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How Spielberg Gave Adam Goldberg His Hollywood Breakthrough

“I got very excited, but then I realized … what am I playing? For all I knew, I just had two little scenes.”

It sometimes seems that everyone knows Adam Goldberg’s work – but no two people know it from the same place. He’s played many strong, guest roles in TV dramas and comedies, including multi-episode arcs “Friends” and “Entourage”; made an impact in Academy Award winning films (“Saving Private Ryan,” “A Beautiful Mind”); and even starred in an offbeat Jew-sploitation movie, “The Hebrew Hammer.” Goldberg, an accomplished musician and songwriter, also stars in “(Untitled),” an art world satire opening this weekend in Los Angeles and New York. He spoke with Eric Estrin about false starts, a nervous breakdown and a very odd audition for Steven Spielberg.

I had a couple of false starts, including a couple of vain attempts at getting representation. I was represented by an agent for about a week when I was a teenager, but he eventually dropped me because I had braces, I was told.

 Shortly before I graduated from high school I was doing an equity-waiver play with a classmate of mine, and this young director saw me and asked me to come in for an independent film. I mean, I was basically cast, and so were some other people, but the producers wanted us to shoot a bunch of scenes to help them secure the financing.
 
I figured my life had changed, and I was a little over the moon about it. But by the end of that summer it became clear the film wasn’t gonna be made. So I just went about my business and went to college.
 
I went to Sarah Lawrence for a year, and I guess I had some version of a nervous breakdown. I just really couldn’t be in school anymore; I just couldn’t take it. I probably had like a genetic predisposition, coupled with being completely burned out and also being occupied with dreams of making films that tanked. Those three things in concurrence with each other were a volatile cocktail.
 
I basically dropped out and came back home to Los Angeles to try and go to film school at Cal Arts. In the year that intervened, I joined an acting class. And about six months or so into the class, this guy Steven Levy, who was sort of an assistant to the teacher, left to become an agent. And he said, you know, Give me a call at some point, and then when I finally did he said, Come on in.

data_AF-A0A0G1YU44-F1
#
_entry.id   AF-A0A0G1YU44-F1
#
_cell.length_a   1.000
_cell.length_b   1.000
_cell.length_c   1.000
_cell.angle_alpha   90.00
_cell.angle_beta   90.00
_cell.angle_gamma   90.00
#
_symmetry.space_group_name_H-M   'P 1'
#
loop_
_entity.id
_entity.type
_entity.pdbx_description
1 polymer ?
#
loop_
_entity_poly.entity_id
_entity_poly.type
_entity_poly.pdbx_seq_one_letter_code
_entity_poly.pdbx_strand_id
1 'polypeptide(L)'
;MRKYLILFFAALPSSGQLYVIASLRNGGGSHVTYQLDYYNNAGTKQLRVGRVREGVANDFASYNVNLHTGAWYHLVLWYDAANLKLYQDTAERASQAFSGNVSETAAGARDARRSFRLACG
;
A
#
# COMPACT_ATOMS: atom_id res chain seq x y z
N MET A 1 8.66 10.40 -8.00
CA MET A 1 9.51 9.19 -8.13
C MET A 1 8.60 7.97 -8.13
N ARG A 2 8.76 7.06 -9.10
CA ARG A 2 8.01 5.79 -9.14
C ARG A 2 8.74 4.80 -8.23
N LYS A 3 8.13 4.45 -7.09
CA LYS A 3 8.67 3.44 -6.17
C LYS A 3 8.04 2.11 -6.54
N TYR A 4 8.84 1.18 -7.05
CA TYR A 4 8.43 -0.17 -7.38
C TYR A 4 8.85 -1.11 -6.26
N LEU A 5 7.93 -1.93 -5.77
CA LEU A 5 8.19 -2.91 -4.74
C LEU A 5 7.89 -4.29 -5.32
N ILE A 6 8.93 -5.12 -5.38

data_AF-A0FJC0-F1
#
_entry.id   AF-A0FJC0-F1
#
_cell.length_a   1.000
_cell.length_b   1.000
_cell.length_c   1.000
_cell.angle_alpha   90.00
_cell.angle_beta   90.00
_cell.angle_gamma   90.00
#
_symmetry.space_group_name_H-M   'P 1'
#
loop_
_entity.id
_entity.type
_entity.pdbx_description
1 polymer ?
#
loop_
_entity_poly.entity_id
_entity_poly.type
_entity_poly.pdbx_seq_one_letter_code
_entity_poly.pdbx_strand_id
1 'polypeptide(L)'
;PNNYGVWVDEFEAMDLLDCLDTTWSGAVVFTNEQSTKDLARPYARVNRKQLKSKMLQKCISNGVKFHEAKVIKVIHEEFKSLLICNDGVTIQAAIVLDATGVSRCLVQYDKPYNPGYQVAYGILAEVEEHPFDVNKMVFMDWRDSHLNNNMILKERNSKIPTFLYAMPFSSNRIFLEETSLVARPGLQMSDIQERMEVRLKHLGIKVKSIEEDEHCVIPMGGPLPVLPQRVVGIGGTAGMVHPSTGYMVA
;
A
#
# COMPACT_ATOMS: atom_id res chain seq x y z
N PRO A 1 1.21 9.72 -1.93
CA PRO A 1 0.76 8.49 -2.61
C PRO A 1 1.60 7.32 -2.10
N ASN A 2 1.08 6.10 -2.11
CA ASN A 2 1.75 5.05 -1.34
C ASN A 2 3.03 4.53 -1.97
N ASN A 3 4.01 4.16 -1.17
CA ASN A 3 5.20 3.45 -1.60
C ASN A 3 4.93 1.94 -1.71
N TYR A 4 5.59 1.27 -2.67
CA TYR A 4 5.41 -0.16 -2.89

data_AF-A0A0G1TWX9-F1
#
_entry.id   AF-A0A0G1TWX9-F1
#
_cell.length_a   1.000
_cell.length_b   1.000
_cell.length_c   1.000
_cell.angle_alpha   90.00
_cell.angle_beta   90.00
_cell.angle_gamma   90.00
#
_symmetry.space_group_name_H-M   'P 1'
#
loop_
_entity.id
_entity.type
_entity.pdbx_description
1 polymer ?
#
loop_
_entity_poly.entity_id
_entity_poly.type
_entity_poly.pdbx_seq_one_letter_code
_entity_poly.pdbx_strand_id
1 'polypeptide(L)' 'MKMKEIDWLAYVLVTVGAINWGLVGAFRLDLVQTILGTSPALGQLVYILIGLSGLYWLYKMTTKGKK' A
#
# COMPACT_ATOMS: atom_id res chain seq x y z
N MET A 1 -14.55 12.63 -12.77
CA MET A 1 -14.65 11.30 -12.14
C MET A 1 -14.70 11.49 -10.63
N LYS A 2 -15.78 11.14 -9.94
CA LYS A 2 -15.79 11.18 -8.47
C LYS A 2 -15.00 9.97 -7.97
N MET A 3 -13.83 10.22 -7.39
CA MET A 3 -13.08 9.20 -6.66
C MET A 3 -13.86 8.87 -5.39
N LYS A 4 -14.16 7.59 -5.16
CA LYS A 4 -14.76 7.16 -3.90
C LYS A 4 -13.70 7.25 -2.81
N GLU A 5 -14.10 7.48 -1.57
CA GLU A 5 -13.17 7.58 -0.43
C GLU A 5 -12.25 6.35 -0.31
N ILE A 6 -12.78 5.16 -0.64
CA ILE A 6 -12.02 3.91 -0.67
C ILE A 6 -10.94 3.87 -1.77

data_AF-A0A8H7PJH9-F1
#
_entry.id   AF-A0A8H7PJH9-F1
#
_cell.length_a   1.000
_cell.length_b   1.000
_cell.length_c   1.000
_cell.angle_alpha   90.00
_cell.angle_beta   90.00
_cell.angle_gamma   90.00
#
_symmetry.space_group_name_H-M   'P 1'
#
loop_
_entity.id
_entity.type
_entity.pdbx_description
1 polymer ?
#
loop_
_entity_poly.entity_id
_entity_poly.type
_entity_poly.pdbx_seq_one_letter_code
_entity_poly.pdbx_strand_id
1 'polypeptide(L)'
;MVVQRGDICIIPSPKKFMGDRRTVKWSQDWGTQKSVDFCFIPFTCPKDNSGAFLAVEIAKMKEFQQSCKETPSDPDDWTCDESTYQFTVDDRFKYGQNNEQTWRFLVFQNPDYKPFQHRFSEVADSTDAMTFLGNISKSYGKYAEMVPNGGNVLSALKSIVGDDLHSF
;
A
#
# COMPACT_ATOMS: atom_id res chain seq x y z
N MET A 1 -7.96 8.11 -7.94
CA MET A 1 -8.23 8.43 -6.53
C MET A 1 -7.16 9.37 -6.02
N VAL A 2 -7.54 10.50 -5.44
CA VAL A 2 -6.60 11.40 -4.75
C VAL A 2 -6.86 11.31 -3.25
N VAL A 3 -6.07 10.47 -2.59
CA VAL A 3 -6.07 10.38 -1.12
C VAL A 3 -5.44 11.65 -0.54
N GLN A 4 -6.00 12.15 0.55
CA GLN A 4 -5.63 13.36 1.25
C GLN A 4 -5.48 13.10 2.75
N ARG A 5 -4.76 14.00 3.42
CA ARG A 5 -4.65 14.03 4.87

So we met. And like within a day they sent me out on an audition for a guest star on a pilot called “Gabriel’s Fire,” which became a short-running TV series with James Earl Jones. I didn’t have a headshot or anything, so I sort of faked a resume and went in, and got called back, and I got this part.
 
I was playing a Southern john who has two scenes with a prostitute — sort of an unlikely bit of casting. Ultimately I was cut from the final show, which was heartbreaking, as I recall.
 
Anyway, I started to get little, tiny things that year. By the time I got into Cal Arts, I decided it was just too late. It was like revisiting school in a dream and you don’t know how you got there. So after 10 days, I dropped out and I just kept pursuing acting.
 
So then I got a run on this sitcom on Fox. And then about a year later I got the audition for “Dazed and Confused.” I did the film and quit working at this bookstore where I’d been working — though I was still completely broke. I just scraped together some little jobs until the movie came out in the hopes that it would facilitate some sort of career surge or whatever.
 
I’m still sort of waiting for that to kick in.
 
“Saving Private Ryan” definitely took things to the next place. I got sent the script and I went in. Everybody read a scene from “Midnight Clear,” the war film. It was kind of weird because my part and Vin Diesel’s role weren’t actually written yet, so I didn’t know why I was going in. I didn’t really know how to perform, what I should do, and if I should try to develop some sort of character.
 
I actually tried to cancel the audition, but my agent convinced me that was foolish and I should just go in.
 
I remember doing kind of a tough New York guy. That’s what I just sort of chose. Steven Spielberg wasn’t there; he was watching everything on tape. And, honestly, I didn’t think much about it.
 
About a month later I remember quite literally waking up to my manager standing over my bed, because I tend to sleep in and they couldn’t get a hold of me. He said, “Hey, you wanna go to England in July” or and I said, “Yeah, okay, why?”
 
And then he told me what it was — that I got picked for “Private Ryan,” and I got very excited, but then I realized … what am I playing? For all I knew, I was playing somebody who had two little scenes in the movie.
 
And then after a while they had a script for me to read, and they brought me into the office to read secretly. That’s the first time I saw this role of Melish, and I finally knew this was a great part.